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Re: [GTh] Usage of Undirected 2nd Person Singular

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  • Michael Grondin
    Believing as I do that it s an essential part of sound method to play devil s advocate to one s own ideas, I d like to point out a deficiency in reasoning in
    Message 1 of 1 , Oct 28, 2003
      Believing as I do that it's an essential part of sound method to play
      devil's advocate to one's own ideas, I'd like to point out a deficiency in
      reasoning in my note of yesterday. I had suggested that perhaps the set of
      questions in 6 were asked of Thomas by his companions. The form of the
      questions, however, seem to require that they be asked of an authority
      figure. Take the first question, for example:

      "Do you (sg) desire that we fast?"

      Why would Thomas' companions (i.e., the other disciples, presumably) ask
      this of Thomas? What do they care whether _Thomas_ wants them to fast? It
      seems clear, then, that these questions must have been asked of JS. But if
      the answers are the notorious "three words", then the questions must have
      been asked by Thomas when JS took him aside. Unfortunately, however, the
      intros to the questions and answers are not in the singular (as we would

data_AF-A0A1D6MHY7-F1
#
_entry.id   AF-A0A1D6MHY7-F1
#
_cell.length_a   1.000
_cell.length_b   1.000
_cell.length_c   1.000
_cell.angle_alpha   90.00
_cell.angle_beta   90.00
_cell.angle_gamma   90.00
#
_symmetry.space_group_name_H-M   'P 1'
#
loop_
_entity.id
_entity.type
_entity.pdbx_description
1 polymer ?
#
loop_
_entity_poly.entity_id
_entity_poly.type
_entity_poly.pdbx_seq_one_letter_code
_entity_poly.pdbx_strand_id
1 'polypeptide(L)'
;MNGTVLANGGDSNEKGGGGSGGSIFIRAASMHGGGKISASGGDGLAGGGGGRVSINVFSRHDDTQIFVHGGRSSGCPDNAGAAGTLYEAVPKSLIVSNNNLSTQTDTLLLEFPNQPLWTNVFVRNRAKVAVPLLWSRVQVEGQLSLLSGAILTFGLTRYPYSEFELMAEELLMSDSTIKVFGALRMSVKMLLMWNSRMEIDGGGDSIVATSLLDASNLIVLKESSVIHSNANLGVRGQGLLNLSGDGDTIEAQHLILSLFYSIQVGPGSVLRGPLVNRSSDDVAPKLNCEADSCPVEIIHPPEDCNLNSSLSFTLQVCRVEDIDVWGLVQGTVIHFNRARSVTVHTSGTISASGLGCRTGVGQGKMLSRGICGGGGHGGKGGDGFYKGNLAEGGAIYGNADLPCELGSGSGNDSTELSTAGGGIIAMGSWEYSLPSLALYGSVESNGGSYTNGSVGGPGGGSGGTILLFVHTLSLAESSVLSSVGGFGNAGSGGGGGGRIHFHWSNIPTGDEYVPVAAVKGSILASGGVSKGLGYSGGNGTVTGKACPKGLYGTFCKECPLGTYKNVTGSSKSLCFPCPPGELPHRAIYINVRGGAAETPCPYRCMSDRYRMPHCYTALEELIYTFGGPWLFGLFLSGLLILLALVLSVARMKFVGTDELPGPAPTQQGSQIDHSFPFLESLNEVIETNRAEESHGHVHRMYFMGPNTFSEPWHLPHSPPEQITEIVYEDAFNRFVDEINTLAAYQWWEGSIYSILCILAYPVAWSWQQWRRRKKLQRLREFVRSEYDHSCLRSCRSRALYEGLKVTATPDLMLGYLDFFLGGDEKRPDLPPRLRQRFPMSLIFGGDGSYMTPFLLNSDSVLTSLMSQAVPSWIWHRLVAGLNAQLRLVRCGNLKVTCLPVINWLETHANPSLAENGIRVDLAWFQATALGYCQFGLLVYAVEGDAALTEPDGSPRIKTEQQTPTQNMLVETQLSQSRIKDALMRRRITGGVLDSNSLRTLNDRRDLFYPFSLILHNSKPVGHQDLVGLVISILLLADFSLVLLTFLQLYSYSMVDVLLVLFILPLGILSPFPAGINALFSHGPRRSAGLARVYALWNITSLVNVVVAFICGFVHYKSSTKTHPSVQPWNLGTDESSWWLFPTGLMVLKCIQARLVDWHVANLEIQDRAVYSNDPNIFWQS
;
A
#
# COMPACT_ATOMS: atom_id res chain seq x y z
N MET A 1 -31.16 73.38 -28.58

expect, if it were a dialogue between Thomas and JS), but rather in the

      6A: They said to him ... (line 33)
      14: JS said to them ... (lines 101-102)

      If we try to make this into a report by Thomas of his secret conversation
      with JS, we would have to have "I said to him" and "JS/he said to me". But
      this would require micro-changes (replacements of single letters, e.g.),
      whereas my intuitions tell me that macro-changes are what were intended - at
      least in most cases. So then perhaps #14 does not represent the "three
      words" that JS spoke to Thomas? (I've always believed that they must
      constitute some kind of a logical followup to J's statement to Thomas that
      "I'm not your master/teacher".) Alas, I remain ...

      Mike Grondin
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